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General and Risk Management, Patient Safety (including: medication errors, quality control)
Zoledronic dose adjustment in cancer patients
  1. M. Merchante,
  2. A. Alfaro,
  3. A. Zorzano,
  4. M. Esteban,
  5. S. Martinez,
  6. C. Sainz de Rozas,
  7. P. Aibar
  1. 1Hospital San Pedro, Hospital Pharmacy, Logroño, Spain


Background Zoledronic acid (ZA) is used in the prevention of skeletal related events in patients with advanced malignancies involving bone as well as in the treatment of tumour-induced hypercalcaemia. Due to its renal uptake and elimination, ZA can cause nephrotoxicity, especially when given in high doses or over short infusion times, meaning a significant potential limiting factor to its use. When initiating treatment with ZA, serum creatinine and creatinine clearance (CLcr) should be determined, and if necessary, make a dose adjustment, but regrettably this is not such a common practice.

GRP055 Table 1

Patients' classification in the different CLcr levels and its corresponding ZA dose adjustment. Prescriber doctors accepted 100% of dose adjustments.

Purpose The authors aimed to implement and develop a working method that allows detecting patients undergoing treatment with ZA that show CLcr<60 ml/min. For those patients with CLcr< 60 ml/min, a dose adjustment will be suggested and released to the doctor in order to assess the dose reduction.

Materials and methods It was an observational, three-months prospective research in a general hospital with 630 beds. All ZA prescriptions achieved in the hospital between April and June, 2011 were looked through: 125 prescriptions corresponding to 113 patients (61 women and 52 men). For each patient, serum creatinine was measured and CLcr was determined by means of MDRD-4 formula. If need be, a dose adjustment was suggested following the technical data sheet instructions.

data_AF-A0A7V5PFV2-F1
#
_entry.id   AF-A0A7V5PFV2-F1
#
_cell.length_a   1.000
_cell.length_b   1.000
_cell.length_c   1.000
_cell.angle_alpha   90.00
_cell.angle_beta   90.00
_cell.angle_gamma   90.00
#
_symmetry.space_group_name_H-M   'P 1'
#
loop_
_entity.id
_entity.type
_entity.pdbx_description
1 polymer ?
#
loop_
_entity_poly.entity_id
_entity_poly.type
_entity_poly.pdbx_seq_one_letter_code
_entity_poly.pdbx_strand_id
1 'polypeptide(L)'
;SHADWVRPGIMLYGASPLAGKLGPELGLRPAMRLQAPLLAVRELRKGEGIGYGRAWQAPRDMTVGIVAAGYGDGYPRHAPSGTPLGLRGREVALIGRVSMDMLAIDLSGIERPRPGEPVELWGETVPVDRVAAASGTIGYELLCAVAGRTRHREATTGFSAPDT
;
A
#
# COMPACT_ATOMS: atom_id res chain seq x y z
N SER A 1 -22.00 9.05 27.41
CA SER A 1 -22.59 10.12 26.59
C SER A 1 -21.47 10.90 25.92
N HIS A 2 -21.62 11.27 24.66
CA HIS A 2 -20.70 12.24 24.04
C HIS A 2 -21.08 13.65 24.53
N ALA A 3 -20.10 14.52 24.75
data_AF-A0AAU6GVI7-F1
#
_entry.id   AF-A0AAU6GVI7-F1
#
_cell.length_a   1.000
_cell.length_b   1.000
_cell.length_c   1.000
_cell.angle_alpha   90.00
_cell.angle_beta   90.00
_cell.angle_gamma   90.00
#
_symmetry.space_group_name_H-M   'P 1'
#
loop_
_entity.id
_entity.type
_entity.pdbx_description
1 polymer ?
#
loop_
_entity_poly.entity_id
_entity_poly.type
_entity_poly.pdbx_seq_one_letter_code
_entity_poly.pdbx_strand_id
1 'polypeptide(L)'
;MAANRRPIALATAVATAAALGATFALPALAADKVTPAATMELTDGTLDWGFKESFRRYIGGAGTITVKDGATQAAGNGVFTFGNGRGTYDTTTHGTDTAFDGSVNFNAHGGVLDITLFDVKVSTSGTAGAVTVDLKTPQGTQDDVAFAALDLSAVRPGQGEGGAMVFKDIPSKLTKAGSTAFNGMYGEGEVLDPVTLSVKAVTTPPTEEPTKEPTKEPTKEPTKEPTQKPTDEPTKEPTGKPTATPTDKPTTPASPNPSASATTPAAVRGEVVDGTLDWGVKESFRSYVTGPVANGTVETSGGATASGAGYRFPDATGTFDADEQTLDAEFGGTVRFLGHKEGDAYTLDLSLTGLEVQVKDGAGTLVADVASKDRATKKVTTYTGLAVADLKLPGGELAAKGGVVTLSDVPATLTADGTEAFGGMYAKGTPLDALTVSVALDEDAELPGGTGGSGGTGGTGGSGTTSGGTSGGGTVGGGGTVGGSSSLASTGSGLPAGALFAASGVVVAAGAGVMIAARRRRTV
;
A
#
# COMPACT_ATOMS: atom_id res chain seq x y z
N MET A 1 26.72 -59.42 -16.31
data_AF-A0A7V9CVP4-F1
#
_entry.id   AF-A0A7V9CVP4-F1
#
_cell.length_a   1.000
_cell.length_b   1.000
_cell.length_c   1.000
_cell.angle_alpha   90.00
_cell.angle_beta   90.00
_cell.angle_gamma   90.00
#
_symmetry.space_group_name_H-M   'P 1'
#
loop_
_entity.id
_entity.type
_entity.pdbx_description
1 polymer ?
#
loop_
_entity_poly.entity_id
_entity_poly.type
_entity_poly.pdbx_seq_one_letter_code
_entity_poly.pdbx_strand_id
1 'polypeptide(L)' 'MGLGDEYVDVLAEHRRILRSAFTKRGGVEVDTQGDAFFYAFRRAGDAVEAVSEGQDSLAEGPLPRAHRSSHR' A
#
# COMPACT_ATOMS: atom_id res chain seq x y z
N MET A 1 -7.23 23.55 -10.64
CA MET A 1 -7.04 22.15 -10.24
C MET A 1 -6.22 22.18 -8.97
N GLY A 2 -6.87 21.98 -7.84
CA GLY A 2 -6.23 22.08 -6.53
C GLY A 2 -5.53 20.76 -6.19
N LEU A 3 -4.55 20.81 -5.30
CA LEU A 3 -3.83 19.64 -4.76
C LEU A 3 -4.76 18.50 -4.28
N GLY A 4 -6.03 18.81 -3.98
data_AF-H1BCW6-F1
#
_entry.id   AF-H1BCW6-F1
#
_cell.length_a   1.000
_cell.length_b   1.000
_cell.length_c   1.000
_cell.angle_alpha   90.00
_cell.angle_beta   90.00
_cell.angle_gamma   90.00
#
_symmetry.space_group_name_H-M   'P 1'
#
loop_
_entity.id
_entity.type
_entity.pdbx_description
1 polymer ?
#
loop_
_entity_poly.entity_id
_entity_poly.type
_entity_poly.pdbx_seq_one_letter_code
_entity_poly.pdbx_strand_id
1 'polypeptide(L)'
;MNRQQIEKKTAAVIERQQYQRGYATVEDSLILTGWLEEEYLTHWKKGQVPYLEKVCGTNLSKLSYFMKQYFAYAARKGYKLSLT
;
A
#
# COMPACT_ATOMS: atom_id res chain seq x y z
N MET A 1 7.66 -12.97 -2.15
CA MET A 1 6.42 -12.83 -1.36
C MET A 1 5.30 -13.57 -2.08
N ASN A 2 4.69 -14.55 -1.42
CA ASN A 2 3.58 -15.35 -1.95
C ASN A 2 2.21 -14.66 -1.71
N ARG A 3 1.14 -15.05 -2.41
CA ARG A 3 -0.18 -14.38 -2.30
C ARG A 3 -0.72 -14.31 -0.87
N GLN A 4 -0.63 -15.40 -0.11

Results Average age of patients: 63 years; Average CLcr value: 75.3±4.8 ml/min.; 19 (16.8%) of the 113 patients required a ZA dose adjustment.

Conclusions ZA dosage should be considered only after evaluating the patients' CLcr. The authors recognise the need of determining this parameter as part of routine work in the oncological pharmacy unit. An important percentage of patients treated with ZA show low baseline CLcr values, threatening even more their renal function when using this medicine.

Moreover, the dose adjustment suggestions are properly considered by oncologists.

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